Normally, they are the ones who answer emergency calls. But now it s dispatchers putting out the call for help, in a manner of speaking.

They are concerned about a proposal by the Washington State Senate to divert millions of tax dollars that are supposed to support upgrades in fire and police emergency call centers across the state.

It looks like they are serious about taking a look at using 911 tax monies, about 15 million dollars, for other purposes, said Thomas Orr, the executive director of NORCOM in Bellevue.

In 2011, taxpayers approved a hike in the 911 tax. It s a charge that appears on your monthly phone bill. Taxpayers were told the money would be used to pay for the next generation of 911 services.

However, in its budget released last week the State Senate designates that millions of those dollars should go to the State s Military Department. The money would be used for disaster services and upgrading the State s 911 capabilities.

It certainly isn t what we promised the taxpayers when we asked them to approve that tax and give us that money, said Orr.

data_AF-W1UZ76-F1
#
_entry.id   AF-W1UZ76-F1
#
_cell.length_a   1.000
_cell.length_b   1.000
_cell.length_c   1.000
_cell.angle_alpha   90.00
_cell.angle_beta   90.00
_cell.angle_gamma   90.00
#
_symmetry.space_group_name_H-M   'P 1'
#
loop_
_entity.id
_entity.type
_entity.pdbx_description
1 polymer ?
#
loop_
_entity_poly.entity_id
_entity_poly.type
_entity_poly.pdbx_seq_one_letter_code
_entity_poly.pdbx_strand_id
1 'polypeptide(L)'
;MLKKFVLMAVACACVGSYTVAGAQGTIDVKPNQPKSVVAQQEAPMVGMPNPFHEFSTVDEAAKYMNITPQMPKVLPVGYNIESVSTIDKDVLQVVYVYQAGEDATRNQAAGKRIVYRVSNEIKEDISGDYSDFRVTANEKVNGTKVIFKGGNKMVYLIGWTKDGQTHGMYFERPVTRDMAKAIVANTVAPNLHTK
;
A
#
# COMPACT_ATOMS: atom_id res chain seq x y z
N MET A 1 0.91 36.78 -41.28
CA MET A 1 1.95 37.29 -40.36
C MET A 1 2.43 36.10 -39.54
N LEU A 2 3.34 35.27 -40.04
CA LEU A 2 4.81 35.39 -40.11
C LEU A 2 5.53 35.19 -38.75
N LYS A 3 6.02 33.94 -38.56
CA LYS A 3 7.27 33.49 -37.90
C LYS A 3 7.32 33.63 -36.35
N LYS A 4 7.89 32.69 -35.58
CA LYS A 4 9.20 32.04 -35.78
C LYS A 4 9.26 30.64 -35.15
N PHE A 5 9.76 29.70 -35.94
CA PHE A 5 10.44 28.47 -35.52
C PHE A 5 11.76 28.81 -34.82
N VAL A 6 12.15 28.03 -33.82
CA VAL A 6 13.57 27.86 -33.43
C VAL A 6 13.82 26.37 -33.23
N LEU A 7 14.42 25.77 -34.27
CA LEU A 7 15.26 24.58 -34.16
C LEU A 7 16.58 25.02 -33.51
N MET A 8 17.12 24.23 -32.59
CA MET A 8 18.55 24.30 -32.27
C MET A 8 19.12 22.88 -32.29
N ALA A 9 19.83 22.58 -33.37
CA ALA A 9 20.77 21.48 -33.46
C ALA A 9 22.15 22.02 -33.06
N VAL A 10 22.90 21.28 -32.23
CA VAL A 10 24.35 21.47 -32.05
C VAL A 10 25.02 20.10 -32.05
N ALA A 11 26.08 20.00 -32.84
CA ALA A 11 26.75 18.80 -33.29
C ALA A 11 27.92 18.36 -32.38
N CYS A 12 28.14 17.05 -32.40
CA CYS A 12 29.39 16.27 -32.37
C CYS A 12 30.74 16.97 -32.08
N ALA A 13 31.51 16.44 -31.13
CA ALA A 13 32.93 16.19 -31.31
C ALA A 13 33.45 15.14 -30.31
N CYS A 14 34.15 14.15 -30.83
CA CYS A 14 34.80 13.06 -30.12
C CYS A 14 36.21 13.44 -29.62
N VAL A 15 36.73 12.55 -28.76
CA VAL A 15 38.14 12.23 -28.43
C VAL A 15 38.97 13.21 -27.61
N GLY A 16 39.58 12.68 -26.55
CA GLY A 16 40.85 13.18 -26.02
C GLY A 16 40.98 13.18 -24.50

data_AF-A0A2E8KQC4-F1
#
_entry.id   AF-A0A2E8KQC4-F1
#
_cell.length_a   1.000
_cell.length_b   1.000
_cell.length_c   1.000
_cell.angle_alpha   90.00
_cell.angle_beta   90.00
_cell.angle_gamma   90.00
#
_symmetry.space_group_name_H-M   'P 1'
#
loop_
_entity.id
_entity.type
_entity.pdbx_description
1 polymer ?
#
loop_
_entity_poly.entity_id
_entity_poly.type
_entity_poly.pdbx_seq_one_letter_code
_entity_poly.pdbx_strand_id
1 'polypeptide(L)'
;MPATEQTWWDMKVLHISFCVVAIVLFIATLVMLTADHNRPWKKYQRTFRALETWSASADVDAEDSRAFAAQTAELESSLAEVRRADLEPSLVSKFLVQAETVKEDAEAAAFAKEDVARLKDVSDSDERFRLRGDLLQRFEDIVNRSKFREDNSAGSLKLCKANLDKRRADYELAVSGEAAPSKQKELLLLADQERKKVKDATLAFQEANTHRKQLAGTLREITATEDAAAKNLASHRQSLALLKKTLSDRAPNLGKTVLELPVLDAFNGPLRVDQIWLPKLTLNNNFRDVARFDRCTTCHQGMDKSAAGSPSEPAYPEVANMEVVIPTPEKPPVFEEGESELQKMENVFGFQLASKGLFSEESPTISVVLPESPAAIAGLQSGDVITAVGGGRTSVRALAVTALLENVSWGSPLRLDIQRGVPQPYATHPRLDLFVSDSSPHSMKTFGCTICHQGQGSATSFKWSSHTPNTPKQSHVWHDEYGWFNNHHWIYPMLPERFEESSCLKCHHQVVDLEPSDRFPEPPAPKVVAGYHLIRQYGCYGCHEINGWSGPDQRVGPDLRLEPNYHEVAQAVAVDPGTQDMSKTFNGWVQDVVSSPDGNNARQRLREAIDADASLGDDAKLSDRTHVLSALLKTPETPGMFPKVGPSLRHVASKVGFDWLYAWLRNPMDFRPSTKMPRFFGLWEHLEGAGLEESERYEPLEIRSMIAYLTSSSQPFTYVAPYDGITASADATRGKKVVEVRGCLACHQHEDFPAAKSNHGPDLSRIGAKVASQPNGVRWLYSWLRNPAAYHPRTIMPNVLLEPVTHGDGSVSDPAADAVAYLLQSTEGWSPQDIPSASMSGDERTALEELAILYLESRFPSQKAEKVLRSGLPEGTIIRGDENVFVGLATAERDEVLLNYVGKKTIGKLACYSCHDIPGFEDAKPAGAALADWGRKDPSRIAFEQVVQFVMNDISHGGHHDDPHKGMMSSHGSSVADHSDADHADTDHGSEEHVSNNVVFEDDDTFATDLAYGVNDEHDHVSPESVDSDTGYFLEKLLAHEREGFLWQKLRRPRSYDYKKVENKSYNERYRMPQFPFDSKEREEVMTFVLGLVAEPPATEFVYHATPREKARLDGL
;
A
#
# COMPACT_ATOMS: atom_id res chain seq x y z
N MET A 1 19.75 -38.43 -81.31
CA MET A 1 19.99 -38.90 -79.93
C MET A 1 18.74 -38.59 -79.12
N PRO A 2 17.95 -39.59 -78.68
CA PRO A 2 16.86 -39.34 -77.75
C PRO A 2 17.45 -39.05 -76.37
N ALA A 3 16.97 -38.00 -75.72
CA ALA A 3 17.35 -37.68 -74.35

Orr says the money is supposed to fund technology that would allow emergency centers to receive texts and photos. He says many citizens don t realize that a text that they send to 911 is never seen by dispatchers because the call center doesn t have that technology.

Right now we re in a situation where right here on my hip my smart phone is a lot smarter than the technology I have here on the floor behind me, said Orr as he stood in the heart of his dispatch center.

Sen. Andy Hill (R-Redmond) was unavailable Friday to take about why the Ways and Means Committee, which he chairs, pushed for the diversion of funds.

The House budget, released this week, does not include such a provision and would send all the money to local and regional 911 centers.

House and Senate negotiators will decide in the next few weeks if the measure will be included in the final budget that lawmakers will vote on.

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